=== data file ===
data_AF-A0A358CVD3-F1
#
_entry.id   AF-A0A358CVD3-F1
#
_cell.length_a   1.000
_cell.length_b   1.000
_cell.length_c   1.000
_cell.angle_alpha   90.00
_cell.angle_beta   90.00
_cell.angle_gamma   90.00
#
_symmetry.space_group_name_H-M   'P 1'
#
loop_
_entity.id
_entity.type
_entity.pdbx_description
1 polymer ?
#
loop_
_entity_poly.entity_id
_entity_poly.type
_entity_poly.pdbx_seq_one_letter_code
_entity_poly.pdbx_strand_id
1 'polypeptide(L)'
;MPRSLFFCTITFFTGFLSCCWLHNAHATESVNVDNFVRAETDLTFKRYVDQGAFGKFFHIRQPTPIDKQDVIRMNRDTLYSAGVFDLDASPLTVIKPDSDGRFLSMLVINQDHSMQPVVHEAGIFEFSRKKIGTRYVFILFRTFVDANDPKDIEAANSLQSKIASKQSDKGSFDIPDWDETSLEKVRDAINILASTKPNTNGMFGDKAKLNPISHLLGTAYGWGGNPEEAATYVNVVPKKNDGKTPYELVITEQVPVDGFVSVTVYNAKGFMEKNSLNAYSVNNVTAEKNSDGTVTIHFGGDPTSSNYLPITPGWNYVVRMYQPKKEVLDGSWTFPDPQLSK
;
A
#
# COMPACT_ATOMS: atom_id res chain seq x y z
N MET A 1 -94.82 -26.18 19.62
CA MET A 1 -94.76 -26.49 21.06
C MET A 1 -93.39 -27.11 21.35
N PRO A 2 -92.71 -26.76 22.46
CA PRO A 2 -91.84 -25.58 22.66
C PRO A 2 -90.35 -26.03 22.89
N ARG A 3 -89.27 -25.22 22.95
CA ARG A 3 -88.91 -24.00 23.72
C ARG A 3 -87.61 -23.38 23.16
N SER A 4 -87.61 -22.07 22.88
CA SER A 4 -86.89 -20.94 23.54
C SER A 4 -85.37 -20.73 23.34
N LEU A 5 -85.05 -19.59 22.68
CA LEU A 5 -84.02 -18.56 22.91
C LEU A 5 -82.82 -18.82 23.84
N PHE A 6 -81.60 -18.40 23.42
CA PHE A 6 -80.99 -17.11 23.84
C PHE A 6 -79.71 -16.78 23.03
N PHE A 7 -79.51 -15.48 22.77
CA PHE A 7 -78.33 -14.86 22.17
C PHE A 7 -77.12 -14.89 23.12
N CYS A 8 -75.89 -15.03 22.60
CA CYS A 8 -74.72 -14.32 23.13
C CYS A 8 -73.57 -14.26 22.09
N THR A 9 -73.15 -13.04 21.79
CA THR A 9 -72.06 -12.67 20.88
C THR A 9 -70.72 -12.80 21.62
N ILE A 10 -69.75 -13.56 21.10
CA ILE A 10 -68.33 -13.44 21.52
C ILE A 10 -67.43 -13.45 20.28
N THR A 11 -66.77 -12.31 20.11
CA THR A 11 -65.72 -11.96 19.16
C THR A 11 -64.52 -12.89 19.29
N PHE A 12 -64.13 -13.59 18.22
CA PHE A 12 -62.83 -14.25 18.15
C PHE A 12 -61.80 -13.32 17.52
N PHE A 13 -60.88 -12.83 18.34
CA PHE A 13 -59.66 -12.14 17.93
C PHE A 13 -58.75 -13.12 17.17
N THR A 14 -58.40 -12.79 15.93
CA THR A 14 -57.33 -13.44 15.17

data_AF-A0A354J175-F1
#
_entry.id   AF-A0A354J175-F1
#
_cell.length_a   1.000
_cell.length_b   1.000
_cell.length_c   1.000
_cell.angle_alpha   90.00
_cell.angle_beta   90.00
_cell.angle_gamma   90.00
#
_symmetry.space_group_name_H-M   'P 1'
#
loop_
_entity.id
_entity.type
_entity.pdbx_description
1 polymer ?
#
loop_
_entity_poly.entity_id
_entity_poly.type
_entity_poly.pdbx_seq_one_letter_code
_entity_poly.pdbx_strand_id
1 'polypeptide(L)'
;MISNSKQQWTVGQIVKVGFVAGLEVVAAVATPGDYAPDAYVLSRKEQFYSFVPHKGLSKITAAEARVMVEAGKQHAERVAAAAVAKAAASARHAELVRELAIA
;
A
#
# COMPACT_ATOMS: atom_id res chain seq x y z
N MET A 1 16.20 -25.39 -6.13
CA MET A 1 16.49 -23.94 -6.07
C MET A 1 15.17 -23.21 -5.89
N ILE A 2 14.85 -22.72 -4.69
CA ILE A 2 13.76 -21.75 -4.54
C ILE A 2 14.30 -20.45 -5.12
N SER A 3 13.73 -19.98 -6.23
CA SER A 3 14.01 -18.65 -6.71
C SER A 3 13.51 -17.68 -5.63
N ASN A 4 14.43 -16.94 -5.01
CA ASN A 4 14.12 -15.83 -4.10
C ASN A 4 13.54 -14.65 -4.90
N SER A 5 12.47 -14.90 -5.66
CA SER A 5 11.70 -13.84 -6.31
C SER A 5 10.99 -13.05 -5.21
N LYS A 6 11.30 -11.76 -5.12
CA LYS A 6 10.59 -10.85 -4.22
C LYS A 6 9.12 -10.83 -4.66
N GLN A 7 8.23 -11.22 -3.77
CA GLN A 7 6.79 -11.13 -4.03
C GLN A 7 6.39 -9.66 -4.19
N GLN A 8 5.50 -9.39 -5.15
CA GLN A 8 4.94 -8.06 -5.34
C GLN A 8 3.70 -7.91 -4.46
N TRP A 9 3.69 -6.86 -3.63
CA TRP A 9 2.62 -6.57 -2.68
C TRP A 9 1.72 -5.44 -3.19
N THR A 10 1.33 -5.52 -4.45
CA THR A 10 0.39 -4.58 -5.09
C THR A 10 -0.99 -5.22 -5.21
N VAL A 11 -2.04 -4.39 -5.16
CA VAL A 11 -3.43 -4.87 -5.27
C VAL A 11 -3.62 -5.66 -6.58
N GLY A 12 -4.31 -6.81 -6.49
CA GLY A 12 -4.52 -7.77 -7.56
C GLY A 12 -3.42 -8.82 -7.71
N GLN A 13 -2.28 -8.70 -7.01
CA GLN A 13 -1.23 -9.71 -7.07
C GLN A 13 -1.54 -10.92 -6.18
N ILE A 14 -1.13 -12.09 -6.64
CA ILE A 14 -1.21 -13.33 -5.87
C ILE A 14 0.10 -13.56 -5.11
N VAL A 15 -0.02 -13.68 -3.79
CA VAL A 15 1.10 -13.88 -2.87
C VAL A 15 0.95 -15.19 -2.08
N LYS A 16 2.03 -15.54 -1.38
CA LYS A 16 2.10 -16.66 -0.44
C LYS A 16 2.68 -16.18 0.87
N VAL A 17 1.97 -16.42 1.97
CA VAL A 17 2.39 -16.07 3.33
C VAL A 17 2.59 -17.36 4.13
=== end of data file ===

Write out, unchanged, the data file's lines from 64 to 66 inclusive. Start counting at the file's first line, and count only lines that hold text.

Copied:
N PHE A 12 -64.13 -13.59 18.22
CA PHE A 12 -62.83 -14.25 18.15
C PHE A 12 -61.80 -13.32 17.52